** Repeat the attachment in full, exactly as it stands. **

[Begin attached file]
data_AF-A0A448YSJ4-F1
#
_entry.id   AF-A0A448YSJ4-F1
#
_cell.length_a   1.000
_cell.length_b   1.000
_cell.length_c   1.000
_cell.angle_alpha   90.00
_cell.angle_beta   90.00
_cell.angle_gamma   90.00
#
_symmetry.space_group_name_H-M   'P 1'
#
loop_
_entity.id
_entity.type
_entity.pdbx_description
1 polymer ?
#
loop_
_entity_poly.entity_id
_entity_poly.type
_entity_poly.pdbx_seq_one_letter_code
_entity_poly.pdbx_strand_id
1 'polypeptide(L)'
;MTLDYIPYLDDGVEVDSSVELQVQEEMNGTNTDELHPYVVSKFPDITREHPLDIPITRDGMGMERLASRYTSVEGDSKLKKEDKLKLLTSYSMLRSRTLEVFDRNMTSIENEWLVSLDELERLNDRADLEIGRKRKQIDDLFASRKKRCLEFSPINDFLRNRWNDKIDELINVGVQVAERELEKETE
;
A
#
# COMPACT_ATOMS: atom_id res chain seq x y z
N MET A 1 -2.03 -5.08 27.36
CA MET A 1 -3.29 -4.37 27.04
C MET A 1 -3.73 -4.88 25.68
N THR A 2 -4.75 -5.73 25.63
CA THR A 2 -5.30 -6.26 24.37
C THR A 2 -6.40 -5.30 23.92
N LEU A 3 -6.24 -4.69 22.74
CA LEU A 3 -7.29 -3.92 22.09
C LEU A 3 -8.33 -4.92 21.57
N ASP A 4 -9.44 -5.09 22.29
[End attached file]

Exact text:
data_AF-A0A448YSJ4-F1
#
_entry.id   AF-A0A448YSJ4-F1
#
_cell.length_a   1.000
_cell.length_b   1.000
_cell.length_c   1.000
_cell.angle_alpha   90.00
_cell.angle_beta   90.00
_cell.angle_gamma   90.00
#
_symmetry.space_group_name_H-M   'P 1'
#
loop_
_entity.id
_entity.type
_entity.pdbx_description
1 polymer ?
#
loop_
_entity_poly.entity_id
_entity_poly.type
_entity_poly.pdbx_seq_one_letter_code
_entity_poly.pdbx_strand_id
1 'polypeptide(L)'
;MTLDYIPYLDDGVEVDSSVELQVQEEMNGTNTDELHPYVVSKFPDITREHPLDIPITRDGMGMERLASRYTSVEGDSKLKKEDKLKLLTSYSMLRSRTLEVFDRNMTSIENEWLVSLDELERLNDRADLEIGRKRKQIDDLFASRKKRCLEFSPINDFLRNRWNDKIDELINVGVQVAERELEKETE
;
A
#
# COMPACT_ATOMS: atom_id res chain seq x y z
N MET A 1 -2.03 -5.08 27.36
CA MET A 1 -3.29 -4.37 27.04
C MET A 1 -3.73 -4.88 25.68
N THR A 2 -4.75 -5.73 25.63
CA THR A 2 -5.30 -6.26 24.37
C THR A 2 -6.40 -5.30 23.92
N LEU A 3 -6.24 -4.69 22.74
CA LEU A 3 -7.29 -3.92 22.09
C LEU A 3 -8.33 -4.92 21.57
N ASP A 4 -9.44 -5.09 22.29